Surgery

  • Most premature babies are put under general anesthesia for surgery. This means that your baby will not be able to move during the surgery. She will not feel any pain or have any memory of the procedure.
  • If general anesthesia is used, your baby will not be able to breathe on her own and will need to be on a ventilator.
  • The surgical team will be monitoring your baby to make sure she is as comfortable as possible. During the surgery, your baby will be kept warm. The room temperature will be raised and she will be covered as much as possible. IV fluids may be warmed as well.

Recovery

  • Preemies need very special care after surgery. Immediately after surgery, your baby will remain in a recovery area while the anesthesia wears off.
  • The surgical team will then accompany your baby back to the NICU and update the neonatologists and bedside nurses.
  • It will take some time for the anesthesia to leave your baby’s body. This means she may be on a ventilator to help her breathe. If your baby didn’t have a breathing problem before surgery, she may be removed from the ventilator within hours or up to a few days after surgery. Babies who did have breathing problems will most likely need to be on a ventilator for a longer period of time.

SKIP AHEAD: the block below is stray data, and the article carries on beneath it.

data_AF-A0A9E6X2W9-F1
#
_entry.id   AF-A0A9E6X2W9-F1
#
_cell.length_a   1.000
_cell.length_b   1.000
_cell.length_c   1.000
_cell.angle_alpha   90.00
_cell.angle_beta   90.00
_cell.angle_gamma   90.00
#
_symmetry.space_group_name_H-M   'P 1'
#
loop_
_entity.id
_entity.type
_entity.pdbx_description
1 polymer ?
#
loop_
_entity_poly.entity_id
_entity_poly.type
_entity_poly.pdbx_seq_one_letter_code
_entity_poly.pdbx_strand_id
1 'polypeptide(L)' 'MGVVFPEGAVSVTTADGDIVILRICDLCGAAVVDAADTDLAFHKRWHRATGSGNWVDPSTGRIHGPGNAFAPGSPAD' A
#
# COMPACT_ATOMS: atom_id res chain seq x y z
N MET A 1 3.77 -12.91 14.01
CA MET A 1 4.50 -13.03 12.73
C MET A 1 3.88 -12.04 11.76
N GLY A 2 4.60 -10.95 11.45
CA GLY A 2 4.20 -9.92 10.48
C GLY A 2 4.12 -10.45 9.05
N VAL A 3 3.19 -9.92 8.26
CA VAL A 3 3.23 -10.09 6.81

• Pain can delay healing and recovery, so your baby’s NICU team will be watching carefully for any signs that she is uncomfortable. The medication your baby receives to manage pain depends on a number of factors. Make sure you ask the doctors and nurses if you have concerns.

Asking questions and understanding what to expect before, during, and after your baby’s surgery, can help you feel more confident and better prepared for the procedure. You may also find it helpful to talk to other parents who have been through a similar experience with their preemie. Share Your Story, our online community, will allow you to connect with other moms and dads who can offer advice and support.

And, of course, we are here to answer any questions you may have. Send them to AskUs@marchofdimes.org.

 

 

 

 

It’s Prematurity Awareness Month – Come chat with us!

Monday, October 31st, 2016

parents in the NICU

We have several Twitter chats scheduled in November, in honor of Prematurity Awareness Month.

Please join us:

Wednesday, November 2 at 1pm ET with neonatologist Dr. Suresh of Texas Children’s Hospital. Use #preemiechat

Topic:  Prematurity – causes, complications, and coping in the NICU

 

Wednesday, November 9 at 2pm ET with Mom’s Rising. Use #WellnessWed

Topic: Can your preconception health reduce your chances of giving birth early?

 

Tuesday, November 15th at 2pm ET with Genetic Alliance and Baby’s First Test. Use #preemiechat